Sunday, November 20, 2016


The music of Mozambique comes from a variety of influences and has influenced other styles as well. Much of what has become their traditional music is a combination of African and Portuguese musical styles and instruments. And because of its Portuguese ties, the music of Brazil also shares some commonalities (along with Cuba as well).

As they gained their independence, they began to move away from European-influenced styles to more African influences, especially those from eastern and southern Africa. One style that is well known from Mozambique is called marrabenta. This type of dance music originated in the urban areas. Marrabenta songs are generally thought to be love songs, and although the word itself is from Portuguese, the lyrics are typically in local languages. One musician, Fany Pfumo, lived in South Africa for many years and introduced kwela music into marrabenta. 

Timbila music, originating from the Chopi tribes of Inhambane Provice, is characterized by an instrument called the mbila (the plural of this is timbila). The mbila is related to a xylophone, and ensembles typically consist of ten xylophones. A leader improvises a melody line over a contrapuntal second line. 

Pandza music became more popular during more recent years. As a mix of various urban styles like marrabenta, ragga, and hip-hop, it tends to be more popular among the youth. The lyrics mainly talks about social problems and daily life and is generally sung in either Portuguese or Shangaan (a language spoken in/near Maputo, a dialect of Tsonga). 

Like many other areas of Africa, dances are often intertwined with the musical styles performed. In Mozambique, these dances tend to have intricate moves and are performed for a variety of reasons, mainly for rituals or retelling an event. For the most part, both male and female dancers wear colorful outfits and/or masks during the dance. A few of the more commonly known dances are the marrabenta dance, the nhau dance, the mapik dance, and the xigubo dance.  

I found several groups and musicians on Spotify. The first one I listened to is Rosália Mboa. Her music falls into the pandza category, but it stays a little more on the traditional style than other musicians. I like her music, and I especially like the mix of high and medium guitar sounds. She generally sings in her local language, although I can’t be for certain what it is. 

The next one I listened to is Lizha James. I really liked what I heard here. She utilizes quite a bit more ragga into her music and sings primarily in Portuguese (although there are a couple tracks with English titles and mostly English lyrics). DJ Junior, MC Roger, Denny Og, and DJ Ardiles are others whose music falls into the same category. They tend to switch languages from using local languages to Portuguese or English.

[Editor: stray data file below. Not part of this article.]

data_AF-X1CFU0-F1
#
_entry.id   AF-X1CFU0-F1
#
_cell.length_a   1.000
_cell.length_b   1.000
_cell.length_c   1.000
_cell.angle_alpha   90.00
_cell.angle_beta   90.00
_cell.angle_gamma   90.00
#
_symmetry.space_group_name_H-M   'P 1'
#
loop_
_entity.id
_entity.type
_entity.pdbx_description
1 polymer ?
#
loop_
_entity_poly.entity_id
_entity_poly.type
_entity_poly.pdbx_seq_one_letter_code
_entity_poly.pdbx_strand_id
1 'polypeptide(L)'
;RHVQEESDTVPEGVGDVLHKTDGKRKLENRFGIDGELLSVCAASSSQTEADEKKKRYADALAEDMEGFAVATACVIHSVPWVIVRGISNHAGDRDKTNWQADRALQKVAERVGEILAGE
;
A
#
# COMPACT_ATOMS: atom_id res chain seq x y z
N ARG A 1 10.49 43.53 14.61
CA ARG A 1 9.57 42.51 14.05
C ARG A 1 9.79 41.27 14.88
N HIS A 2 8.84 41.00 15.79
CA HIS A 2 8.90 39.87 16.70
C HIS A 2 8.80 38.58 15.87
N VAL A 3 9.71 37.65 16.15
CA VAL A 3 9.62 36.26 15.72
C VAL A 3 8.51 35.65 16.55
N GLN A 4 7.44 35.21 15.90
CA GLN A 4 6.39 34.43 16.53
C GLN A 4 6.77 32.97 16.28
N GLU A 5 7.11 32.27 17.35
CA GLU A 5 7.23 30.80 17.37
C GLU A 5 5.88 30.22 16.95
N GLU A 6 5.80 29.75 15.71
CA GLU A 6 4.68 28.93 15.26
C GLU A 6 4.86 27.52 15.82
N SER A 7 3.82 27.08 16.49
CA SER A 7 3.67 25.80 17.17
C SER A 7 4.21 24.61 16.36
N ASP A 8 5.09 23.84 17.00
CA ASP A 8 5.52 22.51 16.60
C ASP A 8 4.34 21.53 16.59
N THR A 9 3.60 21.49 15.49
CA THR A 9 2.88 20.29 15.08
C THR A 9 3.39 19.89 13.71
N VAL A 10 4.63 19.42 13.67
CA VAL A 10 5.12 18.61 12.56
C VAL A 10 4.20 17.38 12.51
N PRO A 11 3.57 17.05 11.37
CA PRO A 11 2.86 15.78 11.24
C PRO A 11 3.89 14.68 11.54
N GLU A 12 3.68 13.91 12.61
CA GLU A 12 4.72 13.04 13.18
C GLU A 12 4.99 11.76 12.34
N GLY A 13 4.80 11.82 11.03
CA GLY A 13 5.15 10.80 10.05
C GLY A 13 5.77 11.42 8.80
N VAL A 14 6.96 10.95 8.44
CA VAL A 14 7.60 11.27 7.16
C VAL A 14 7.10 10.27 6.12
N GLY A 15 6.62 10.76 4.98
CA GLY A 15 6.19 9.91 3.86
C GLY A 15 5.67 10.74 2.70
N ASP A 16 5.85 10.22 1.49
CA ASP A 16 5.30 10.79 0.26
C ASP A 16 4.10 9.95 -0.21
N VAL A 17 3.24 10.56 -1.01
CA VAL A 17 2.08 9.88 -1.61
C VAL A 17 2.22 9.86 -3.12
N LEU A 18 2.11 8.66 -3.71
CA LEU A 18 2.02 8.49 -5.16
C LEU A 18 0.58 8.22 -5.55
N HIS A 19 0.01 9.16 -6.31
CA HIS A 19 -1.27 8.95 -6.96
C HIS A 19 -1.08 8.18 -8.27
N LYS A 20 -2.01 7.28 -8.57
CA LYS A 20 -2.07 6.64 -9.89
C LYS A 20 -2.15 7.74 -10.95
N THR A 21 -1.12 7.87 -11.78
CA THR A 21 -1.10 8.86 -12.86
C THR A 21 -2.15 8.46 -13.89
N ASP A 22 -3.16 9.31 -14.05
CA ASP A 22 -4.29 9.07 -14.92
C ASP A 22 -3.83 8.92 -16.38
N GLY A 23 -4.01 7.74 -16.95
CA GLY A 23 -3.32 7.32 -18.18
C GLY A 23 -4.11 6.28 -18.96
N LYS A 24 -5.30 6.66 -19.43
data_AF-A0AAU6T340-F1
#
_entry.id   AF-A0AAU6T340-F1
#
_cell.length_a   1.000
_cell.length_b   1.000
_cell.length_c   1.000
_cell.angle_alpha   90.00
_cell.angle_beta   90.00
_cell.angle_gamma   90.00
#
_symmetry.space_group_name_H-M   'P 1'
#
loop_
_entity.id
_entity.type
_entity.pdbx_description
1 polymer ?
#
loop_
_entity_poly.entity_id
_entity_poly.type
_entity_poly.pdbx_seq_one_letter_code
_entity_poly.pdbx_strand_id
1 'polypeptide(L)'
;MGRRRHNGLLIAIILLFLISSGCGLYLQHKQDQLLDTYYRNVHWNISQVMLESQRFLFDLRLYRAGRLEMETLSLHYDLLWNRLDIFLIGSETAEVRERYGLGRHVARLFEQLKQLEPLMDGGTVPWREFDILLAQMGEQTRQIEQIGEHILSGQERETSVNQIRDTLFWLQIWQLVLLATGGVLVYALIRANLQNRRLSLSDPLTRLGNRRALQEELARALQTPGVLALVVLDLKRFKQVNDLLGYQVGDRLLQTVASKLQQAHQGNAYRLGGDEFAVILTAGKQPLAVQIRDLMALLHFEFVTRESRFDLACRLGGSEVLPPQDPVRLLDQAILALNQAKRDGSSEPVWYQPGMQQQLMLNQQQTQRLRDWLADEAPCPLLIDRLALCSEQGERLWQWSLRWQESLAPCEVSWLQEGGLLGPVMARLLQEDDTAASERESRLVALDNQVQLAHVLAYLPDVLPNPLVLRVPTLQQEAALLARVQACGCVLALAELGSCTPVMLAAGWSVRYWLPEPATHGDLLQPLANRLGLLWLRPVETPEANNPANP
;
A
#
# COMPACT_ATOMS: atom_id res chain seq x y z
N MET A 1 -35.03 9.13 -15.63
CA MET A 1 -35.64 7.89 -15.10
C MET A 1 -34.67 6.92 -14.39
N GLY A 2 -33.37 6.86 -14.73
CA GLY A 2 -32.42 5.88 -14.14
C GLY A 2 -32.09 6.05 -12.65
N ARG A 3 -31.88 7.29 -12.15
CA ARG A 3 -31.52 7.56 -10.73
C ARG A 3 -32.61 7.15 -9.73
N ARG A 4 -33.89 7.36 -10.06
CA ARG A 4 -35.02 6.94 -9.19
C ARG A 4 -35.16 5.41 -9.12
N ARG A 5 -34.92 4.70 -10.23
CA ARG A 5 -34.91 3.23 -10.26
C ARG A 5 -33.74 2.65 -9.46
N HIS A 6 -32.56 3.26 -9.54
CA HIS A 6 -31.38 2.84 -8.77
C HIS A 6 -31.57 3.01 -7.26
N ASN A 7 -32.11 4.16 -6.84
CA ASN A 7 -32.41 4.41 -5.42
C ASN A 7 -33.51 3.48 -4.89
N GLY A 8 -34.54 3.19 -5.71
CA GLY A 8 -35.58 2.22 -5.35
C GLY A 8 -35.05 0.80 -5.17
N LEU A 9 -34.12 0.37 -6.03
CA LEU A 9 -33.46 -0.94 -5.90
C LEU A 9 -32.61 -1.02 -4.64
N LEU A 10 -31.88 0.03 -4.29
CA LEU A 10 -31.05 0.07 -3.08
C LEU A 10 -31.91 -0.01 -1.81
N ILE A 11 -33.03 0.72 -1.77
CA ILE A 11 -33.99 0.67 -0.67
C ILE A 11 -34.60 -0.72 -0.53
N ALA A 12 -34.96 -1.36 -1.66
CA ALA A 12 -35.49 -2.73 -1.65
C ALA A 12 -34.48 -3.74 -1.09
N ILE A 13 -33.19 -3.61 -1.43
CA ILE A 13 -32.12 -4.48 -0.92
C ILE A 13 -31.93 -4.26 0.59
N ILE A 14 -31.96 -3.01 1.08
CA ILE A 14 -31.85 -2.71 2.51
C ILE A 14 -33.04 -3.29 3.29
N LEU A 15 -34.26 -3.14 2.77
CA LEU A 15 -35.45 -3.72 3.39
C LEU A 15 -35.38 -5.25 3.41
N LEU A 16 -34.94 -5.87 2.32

If you’re a fan of reggae, dancehall, or even reggaeton, I think you’d like Ziqo. Ziqo has some good beat in a mellow, smooth voice. I listened to an album with him and Denny Og, who I think kind of reminds me of Beeny Man or sometimes Don Omar at times. His rough, raspy voice makes him almost the DMX of Mozambique. But the music is catchy and has a good beat. I could beat that in my car.

Stewart Sukuma is a good example of marrabenta music. When I listened to his music, it reminded me of something I’d hear on a Brazilian samba album or maybe an MPB album (Musica Popular Brasileiro – Popular Brazilian Music). I liked what I heard, even though it still totally reminded me of Brazil. But be prepared before you watch the video above -- if you're like me, you'll need a tissue. Chico Antônio’s music was a little softer in style, not quite as “in your face.” He also performs marrabenta music. It definitely gave me that impression he’s probably been performing for longer than I’ve been alive perhaps. 

Another marrabenta group is Mingas. It sounds like the type of music you would put on when you want to relax at the end of the day with a glass of wine and just chill. The music seems a bit slower than compared with pandza. 

When I listened to Ghorwane, I was torn between what I was listening to. On one hand, I recognized that distinctive African guitar riff, but then it was interrupted with what I identify as a Latin horn line. But this is what I love about music – merging styles we typically identify with a particular style of music. They also utilize the rhythm section quite a bit, too – and that’s always a plus.

Up next: the food

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